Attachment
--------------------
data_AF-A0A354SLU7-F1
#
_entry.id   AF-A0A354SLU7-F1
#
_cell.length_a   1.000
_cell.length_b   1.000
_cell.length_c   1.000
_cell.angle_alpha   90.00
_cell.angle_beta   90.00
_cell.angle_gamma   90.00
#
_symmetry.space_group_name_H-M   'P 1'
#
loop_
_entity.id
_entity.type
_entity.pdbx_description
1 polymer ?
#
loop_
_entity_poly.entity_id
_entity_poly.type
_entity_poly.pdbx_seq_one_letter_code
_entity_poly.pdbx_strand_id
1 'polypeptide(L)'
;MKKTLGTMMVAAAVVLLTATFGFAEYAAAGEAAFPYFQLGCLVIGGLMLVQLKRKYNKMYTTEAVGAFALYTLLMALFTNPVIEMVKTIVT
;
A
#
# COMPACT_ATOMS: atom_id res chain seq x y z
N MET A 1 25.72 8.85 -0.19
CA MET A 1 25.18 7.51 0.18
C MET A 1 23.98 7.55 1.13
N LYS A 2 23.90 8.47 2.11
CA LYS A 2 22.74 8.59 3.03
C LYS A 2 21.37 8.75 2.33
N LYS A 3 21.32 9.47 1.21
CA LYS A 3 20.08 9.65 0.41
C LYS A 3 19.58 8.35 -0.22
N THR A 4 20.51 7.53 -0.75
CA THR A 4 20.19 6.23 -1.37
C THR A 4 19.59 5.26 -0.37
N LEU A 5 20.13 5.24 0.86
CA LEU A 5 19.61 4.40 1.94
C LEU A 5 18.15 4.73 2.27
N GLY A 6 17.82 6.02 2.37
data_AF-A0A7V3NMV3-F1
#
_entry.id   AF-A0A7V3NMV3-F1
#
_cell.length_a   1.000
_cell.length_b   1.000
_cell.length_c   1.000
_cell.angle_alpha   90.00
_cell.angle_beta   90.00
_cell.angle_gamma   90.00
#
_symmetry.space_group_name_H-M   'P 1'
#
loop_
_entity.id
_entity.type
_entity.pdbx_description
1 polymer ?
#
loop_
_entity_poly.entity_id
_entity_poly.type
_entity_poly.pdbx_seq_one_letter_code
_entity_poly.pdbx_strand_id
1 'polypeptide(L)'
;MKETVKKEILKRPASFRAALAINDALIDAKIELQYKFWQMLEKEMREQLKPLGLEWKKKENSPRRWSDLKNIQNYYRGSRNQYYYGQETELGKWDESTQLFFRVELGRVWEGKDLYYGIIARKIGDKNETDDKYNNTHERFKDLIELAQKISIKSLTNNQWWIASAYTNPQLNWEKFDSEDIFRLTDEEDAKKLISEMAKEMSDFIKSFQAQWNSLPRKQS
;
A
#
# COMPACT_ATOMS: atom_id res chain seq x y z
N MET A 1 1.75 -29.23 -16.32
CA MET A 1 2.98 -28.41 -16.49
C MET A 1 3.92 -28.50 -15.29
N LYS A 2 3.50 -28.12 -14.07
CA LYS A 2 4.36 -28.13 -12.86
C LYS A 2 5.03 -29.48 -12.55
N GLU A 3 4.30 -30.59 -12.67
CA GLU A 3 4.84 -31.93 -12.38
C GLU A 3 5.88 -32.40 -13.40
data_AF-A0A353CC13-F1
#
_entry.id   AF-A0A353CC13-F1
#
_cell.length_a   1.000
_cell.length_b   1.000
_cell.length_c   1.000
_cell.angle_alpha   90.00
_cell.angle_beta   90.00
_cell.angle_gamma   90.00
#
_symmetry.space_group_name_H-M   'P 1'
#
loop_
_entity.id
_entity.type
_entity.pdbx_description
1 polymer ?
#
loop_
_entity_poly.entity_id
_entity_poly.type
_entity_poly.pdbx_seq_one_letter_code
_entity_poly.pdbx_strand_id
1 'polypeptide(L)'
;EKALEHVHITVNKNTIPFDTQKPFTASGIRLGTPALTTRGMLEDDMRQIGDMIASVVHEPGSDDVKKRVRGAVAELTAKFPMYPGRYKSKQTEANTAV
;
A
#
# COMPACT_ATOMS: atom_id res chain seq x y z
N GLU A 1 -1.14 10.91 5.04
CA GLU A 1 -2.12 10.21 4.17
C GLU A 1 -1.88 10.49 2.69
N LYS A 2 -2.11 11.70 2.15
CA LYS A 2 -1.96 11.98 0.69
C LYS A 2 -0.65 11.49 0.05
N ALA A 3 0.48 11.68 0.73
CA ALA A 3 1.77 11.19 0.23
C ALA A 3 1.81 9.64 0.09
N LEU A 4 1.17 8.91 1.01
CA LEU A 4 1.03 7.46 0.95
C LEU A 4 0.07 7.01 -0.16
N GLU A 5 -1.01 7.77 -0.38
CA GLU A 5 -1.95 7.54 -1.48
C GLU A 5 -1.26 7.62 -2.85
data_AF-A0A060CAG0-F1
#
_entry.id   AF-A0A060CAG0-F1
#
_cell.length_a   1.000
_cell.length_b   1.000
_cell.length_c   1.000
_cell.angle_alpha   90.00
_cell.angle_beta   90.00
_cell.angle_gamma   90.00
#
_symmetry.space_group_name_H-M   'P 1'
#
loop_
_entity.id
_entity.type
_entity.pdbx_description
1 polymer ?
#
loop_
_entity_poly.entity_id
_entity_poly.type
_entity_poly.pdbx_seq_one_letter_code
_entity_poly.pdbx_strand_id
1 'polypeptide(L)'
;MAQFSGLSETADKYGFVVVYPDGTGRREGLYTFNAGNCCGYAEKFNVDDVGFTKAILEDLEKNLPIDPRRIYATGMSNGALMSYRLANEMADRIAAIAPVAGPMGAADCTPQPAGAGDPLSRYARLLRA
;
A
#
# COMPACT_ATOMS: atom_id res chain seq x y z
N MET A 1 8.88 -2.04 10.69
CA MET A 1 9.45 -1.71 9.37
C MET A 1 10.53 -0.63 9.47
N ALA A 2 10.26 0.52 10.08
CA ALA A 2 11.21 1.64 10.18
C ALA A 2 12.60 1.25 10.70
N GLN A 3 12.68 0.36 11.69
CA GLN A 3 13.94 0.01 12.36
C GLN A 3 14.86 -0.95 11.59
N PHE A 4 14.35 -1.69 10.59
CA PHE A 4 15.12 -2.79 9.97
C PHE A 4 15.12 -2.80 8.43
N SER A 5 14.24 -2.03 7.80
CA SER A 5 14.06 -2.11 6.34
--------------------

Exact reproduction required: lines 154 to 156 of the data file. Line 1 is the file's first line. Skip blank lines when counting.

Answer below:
_entity_poly.pdbx_strand_id
1 'polypeptide(L)'
;MAQFSGLSETADKYGFVVVYPDGTGRREGLYTFNAGNCCGYAEKFNVDDVGFTKAILEDLEKNLPIDPRRIYATGMSNGALMSYRLANEMADRIAAIAPVAGPMGAADCTPQPAGAGDPLSRYARLLRA